The contest over who can use Manuka for their honey products shows no signs of being resolved any time soon.
New Zealand bee beekeepers – Manuka Honey Appellation Society Incorporated – (MHAS) opposed registration of the following trade mark containing the words "Australian Manuka" arguing that "manuka" indicates (connotes) honey from New Zealand and so the trade mark contained a false connotation in breach of section 43 of the Trade Marks Act.
"Manuka" is the Maori word for Leptospermum scoparium ("L. scoparium"), a tea tree species native to both Australia and New Zealand. Manuka honey has antibacterial qualities. Evidence established that "manuka honey" was widely used in New Zealand as early as the 1880s to indicate honey from bees harvesting pollen from the species L. scoparium. For this same purpose "manuka" had been used in Tasmania from the 1880s and more generally in Australia since at least the 1930s. The evidence also showed that the New Zealand Ministry of Primary Industries defined Manuka honey to include "Australian Manuka". "Manuka" also appears in a range of place names in Australia the most well-known being the Canberra suburb, Manuka.
The Registrar's delegate agreed with the Applicant, deciding that MHAS did not make out the ground of opposition under section 43 nor the grounds under 60 (likely to deceive or cause confusion) or 42b (contrary to law). MHAS has appealed this decision to the Federal Court.
This opposition is one skirmish in a larger dispute between Australian and New Zealand honey producers over the use of "Manuka" in relation to honey. In 2019, the New Zealand government granted $5.7 million to assist MHAS in its bid to secure international rights in Manuka.
In Australia, The Australian Honey Bee Industry Council is the peak industry body for the Australian beekeeping industry. It represents honey producers, packers, pollinators, queen bee breeders and equipment manufacturers and suppliers in Australia. It has recently funded the Australian Manuka Honey Association to assist in its objectives of protecting and promoting the global appeal and awareness of Australian Manuka honey.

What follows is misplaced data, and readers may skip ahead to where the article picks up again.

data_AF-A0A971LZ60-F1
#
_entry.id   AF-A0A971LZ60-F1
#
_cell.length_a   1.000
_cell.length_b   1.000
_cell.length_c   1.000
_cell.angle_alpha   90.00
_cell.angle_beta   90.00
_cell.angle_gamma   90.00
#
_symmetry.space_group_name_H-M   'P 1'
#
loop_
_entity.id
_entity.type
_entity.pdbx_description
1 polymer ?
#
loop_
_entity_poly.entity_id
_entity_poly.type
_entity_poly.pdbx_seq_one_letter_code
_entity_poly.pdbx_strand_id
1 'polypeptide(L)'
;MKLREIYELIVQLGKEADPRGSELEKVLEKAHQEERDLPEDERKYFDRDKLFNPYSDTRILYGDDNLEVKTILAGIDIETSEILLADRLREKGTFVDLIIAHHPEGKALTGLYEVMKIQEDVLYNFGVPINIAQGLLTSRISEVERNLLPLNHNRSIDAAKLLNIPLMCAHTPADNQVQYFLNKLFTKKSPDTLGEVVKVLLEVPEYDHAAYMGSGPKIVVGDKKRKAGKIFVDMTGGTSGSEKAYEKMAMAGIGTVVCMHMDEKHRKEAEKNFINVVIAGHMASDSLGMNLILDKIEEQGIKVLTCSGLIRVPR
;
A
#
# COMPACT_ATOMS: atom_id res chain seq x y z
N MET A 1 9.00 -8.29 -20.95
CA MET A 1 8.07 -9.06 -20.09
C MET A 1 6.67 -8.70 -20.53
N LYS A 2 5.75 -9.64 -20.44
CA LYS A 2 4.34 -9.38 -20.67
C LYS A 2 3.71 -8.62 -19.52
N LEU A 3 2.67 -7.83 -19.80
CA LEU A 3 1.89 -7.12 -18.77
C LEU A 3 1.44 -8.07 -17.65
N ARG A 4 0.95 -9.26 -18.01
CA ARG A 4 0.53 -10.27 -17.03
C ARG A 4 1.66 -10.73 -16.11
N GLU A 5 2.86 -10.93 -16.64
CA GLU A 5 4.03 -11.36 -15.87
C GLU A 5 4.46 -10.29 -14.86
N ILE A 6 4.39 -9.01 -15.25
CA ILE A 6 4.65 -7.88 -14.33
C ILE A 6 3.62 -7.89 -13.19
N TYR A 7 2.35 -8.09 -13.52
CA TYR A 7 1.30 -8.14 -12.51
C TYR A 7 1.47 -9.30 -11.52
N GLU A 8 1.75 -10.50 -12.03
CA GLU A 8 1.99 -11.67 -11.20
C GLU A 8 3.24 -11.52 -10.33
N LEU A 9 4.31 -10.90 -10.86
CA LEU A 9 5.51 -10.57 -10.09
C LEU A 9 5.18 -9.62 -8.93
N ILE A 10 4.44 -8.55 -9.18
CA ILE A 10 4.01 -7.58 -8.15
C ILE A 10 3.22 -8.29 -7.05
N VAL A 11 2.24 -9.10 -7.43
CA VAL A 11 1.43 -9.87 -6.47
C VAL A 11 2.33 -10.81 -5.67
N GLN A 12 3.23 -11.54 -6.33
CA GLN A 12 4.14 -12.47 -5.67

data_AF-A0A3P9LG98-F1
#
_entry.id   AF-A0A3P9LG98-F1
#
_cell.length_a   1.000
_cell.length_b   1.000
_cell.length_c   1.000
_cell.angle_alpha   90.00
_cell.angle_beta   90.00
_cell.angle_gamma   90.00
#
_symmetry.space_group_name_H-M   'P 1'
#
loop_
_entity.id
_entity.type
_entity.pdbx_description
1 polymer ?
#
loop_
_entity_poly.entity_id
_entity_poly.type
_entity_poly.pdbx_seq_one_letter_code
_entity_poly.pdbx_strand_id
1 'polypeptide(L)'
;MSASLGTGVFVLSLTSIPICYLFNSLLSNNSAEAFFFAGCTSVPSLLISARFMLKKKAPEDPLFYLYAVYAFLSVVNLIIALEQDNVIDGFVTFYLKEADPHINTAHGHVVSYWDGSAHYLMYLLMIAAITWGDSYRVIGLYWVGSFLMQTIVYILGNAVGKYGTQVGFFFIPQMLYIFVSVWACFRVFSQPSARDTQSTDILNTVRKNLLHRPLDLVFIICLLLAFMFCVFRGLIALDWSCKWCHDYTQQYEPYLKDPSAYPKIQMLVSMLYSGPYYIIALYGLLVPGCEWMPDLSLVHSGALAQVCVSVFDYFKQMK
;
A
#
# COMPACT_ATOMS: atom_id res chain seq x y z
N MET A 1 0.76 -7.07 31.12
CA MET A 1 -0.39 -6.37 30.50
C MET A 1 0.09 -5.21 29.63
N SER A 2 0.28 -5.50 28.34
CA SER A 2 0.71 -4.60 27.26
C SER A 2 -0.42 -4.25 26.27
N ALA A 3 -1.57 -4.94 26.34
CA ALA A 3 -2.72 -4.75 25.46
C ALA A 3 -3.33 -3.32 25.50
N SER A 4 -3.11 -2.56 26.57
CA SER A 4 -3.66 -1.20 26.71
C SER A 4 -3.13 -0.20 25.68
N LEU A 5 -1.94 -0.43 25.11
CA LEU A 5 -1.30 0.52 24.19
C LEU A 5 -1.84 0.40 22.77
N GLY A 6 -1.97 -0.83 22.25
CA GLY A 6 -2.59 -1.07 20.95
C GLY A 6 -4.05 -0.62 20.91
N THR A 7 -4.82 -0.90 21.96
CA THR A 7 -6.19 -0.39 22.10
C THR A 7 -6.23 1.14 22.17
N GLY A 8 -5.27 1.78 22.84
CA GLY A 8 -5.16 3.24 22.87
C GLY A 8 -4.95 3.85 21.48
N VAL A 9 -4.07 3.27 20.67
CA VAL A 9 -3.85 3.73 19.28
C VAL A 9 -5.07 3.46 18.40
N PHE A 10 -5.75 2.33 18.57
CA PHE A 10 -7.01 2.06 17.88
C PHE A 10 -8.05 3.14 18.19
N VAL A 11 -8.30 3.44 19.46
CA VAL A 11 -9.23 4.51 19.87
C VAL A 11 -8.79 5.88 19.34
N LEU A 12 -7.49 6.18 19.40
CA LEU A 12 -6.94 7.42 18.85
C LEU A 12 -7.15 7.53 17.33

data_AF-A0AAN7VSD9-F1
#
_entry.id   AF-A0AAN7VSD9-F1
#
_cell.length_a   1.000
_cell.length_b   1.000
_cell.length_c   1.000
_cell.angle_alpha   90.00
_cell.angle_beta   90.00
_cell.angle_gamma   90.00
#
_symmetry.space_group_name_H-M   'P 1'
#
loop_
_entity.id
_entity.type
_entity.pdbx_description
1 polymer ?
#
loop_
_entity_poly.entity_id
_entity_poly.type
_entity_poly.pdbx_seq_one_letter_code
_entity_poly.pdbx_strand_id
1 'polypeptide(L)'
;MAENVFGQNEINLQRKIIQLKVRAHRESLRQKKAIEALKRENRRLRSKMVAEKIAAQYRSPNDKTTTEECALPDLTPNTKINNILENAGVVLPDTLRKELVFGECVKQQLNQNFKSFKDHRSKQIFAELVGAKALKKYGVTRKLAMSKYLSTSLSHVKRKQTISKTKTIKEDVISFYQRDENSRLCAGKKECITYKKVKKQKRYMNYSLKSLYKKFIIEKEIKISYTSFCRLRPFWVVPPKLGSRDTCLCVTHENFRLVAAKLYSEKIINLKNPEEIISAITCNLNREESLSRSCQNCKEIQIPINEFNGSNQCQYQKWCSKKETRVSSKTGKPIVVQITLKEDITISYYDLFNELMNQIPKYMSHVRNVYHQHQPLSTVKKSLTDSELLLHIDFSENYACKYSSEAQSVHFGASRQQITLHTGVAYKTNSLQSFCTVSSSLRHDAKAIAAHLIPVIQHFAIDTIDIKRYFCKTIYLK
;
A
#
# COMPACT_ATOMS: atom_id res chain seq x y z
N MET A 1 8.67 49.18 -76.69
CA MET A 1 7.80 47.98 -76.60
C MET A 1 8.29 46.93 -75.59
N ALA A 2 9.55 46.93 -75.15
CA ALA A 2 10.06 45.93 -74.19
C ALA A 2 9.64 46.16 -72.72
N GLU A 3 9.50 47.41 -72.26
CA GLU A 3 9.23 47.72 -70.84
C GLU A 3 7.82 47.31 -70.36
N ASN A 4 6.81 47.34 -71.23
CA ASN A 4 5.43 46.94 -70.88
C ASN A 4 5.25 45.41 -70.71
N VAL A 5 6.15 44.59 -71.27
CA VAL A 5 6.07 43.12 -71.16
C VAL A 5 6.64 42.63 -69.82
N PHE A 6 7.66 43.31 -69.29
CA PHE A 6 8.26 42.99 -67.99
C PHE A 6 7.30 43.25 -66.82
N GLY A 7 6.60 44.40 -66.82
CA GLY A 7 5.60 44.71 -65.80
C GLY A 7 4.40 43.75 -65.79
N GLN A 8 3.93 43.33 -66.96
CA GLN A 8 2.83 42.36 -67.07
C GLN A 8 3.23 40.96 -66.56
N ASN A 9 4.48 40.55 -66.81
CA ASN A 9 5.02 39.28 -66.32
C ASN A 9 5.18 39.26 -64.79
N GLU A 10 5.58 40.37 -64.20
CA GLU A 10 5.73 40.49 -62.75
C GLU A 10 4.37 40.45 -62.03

MHAS has also opposed the application for this mark
in the name of Bee-Power International Pty Ltd, a company based in Mudgee.
MHAS has filed applications for registration of MANUKA HONEY as a certification trade mark in New Zealand and various countries, including Australia, USA, UK, EU, Singapore and China. The Australian application has lapsed; the UK application is under opposition by a number of entities, including the Australian Manuka Honey Association Ltd; the European application was refused based on the descriptive and non-distinctive character of the mark and an appeal is yet to be determined. The US and Singapore applications are still pending and we were unable to determine the status of the application in China.
In New Zealand, the certification mark MANUKA HONEY, Application No 1025914 filed on 18 August 2015, is not registered. MHAS overcame objections based on its descriptive and non-distinctive character, with the Assistant Commissioner of Trade Marks eventually accepting that for New Zealand consumers MANUKA HONEY indicates L. scoparium honey produced in New Zealand, distinguishable from honey produced elsewhere. The Australian Manuka Honey Association has opposed the registration in New Zealand and the hearing date has been set for 18 August 2021.
Australia’s manuka honey industry is a worth over $100 million, with significant exports, including to Asia. The concern for the Australian honey industry is that should MHAS achieve registration in key markets, Australian honey exporters could be prevented from using manuka honey on their products. Of particular concern would be China where registration has been sought.
We will report further when developments as they arise.